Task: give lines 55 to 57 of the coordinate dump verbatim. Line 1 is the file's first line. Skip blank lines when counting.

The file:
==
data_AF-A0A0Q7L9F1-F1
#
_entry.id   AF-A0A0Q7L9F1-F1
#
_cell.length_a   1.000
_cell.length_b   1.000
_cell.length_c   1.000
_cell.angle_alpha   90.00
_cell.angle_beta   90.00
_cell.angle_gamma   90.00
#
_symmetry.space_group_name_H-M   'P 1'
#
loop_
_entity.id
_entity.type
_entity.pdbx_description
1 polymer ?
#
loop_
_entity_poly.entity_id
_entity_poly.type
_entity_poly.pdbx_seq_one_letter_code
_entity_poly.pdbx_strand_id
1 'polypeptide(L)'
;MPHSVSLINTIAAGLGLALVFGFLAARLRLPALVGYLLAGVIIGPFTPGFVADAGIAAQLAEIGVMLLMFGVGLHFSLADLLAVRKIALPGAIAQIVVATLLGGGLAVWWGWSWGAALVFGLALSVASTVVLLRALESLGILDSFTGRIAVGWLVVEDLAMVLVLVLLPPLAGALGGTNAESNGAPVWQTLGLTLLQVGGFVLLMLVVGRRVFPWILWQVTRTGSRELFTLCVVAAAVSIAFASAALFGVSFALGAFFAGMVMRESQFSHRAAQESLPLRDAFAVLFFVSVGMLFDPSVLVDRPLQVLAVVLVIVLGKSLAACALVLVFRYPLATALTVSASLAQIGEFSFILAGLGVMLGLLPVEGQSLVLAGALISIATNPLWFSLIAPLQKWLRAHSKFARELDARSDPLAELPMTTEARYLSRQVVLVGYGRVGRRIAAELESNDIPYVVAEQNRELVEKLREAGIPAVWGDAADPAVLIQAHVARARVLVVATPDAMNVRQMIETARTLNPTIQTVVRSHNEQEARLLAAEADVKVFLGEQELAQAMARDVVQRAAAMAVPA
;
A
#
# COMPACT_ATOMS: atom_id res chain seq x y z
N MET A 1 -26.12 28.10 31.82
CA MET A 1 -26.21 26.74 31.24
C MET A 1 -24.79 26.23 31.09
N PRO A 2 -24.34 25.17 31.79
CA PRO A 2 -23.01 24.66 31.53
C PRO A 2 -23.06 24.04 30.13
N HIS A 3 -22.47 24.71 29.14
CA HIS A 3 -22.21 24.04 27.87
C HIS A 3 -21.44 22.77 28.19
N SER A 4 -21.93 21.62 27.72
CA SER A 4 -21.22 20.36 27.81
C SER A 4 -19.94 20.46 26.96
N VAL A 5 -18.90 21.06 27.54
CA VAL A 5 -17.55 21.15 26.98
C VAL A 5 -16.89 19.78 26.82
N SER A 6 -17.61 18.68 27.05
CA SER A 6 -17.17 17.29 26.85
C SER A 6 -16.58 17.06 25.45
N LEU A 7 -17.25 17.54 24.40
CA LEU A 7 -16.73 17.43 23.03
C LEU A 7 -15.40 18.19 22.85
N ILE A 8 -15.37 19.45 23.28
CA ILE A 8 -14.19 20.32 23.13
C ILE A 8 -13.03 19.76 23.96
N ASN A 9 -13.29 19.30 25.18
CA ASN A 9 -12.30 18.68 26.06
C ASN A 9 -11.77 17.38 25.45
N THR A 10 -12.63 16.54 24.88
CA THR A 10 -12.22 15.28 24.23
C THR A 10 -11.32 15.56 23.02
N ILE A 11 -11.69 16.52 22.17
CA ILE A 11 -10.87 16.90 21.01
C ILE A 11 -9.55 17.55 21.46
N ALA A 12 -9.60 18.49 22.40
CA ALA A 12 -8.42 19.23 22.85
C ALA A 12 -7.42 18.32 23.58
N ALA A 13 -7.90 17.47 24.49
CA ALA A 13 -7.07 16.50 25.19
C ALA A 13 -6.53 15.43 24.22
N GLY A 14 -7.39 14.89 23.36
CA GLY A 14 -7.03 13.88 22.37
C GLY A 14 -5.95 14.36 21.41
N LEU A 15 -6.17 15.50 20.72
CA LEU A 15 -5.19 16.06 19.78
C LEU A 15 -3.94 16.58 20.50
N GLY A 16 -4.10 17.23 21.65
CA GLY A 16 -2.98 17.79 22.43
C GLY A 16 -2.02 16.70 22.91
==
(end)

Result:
N ASN A 9 -13.29 19.30 25.18
CA ASN A 9 -12.30 18.68 26.06
C ASN A 9 -11.77 17.38 25.45